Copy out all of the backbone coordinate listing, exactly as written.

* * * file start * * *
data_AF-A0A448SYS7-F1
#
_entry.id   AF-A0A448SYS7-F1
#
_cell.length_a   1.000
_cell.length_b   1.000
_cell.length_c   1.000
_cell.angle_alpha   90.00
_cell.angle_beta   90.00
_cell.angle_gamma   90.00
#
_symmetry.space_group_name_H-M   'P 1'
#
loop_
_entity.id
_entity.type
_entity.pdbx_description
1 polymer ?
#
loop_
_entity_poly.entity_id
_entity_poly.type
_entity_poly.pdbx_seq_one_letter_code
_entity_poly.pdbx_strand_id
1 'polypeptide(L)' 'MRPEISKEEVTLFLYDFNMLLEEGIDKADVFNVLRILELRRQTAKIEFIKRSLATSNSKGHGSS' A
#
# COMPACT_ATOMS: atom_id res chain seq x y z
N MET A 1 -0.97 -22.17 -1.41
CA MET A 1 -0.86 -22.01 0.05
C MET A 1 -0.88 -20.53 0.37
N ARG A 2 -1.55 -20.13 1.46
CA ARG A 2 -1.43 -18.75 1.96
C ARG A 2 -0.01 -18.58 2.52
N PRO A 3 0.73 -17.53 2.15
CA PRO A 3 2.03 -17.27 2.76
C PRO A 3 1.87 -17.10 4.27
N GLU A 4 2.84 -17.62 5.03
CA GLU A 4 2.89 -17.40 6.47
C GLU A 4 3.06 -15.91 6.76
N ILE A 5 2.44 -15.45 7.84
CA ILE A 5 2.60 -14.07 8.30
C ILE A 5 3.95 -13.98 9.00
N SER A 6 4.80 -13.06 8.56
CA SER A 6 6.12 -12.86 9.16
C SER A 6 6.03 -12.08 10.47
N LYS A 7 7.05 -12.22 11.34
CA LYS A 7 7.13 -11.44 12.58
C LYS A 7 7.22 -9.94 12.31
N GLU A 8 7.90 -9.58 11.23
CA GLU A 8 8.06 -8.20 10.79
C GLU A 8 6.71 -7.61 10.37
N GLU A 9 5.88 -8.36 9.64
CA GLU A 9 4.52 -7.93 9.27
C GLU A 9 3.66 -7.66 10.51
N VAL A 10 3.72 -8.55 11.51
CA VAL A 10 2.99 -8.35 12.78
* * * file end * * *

data_AF-A0A448SYS7-F1
#
_entry.id   AF-A0A448SYS7-F1
#
_cell.length_a   1.000
_cell.length_b   1.000
_cell.length_c   1.000
_cell.angle_alpha   90.00
_cell.angle_beta   90.00
_cell.angle_gamma   90.00
#
_symmetry.space_group_name_H-M   'P 1'
#
loop_
_entity.id
_entity.type
_entity.pdbx_description
1 polymer ?
#
loop_
_entity_poly.entity_id
_entity_poly.type
_entity_poly.pdbx_seq_one_letter_code
_entity_poly.pdbx_strand_id
1 'polypeptide(L)' 'MRPEISKEEVTLFLYDFNMLLEEGIDKADVFNVLRILELRRQTAKIEFIKRSLATSNSKGHGSS' A
#
# COMPACT_ATOMS: atom_id res chain seq x y z
N MET A 1 -0.97 -22.17 -1.41
CA MET A 1 -0.86 -22.01 0.05
C MET A 1 -0.88 -20.53 0.37
N ARG A 2 -1.55 -20.13 1.46
CA ARG A 2 -1.43 -18.75 1.96
C ARG A 2 -0.01 -18.58 2.52
N PRO A 3 0.73 -17.53 2.15
CA PRO A 3 2.03 -17.27 2.76
C PRO A 3 1.87 -17.10 4.27
N GLU A 4 2.84 -17.62 5.03
CA GLU A 4 2.89 -17.40 6.47
C GLU A 4 3.06 -15.91 6.76
N ILE A 5 2.44 -15.45 7.84
CA ILE A 5 2.60 -14.07 8.30
C ILE A 5 3.95 -13.98 9.00
N SER A 6 4.80 -13.06 8.56
CA SER A 6 6.12 -12.86 9.16
C SER A 6 6.03 -12.08 10.47
N LYS A 7 7.05 -12.22 11.34
CA LYS A 7 7.13 -11.44 12.58
C LYS A 7 7.22 -9.94 12.31
N GLU A 8 7.90 -9.58 11.23
CA GLU A 8 8.06 -8.20 10.79
C GLU A 8 6.71 -7.61 10.37
N GLU A 9 5.88 -8.36 9.64
CA GLU A 9 4.52 -7.93 9.27
C GLU A 9 3.66 -7.66 10.51
N VAL A 10 3.72 -8.55 11.51
CA VAL A 10 2.99 -8.35 12.78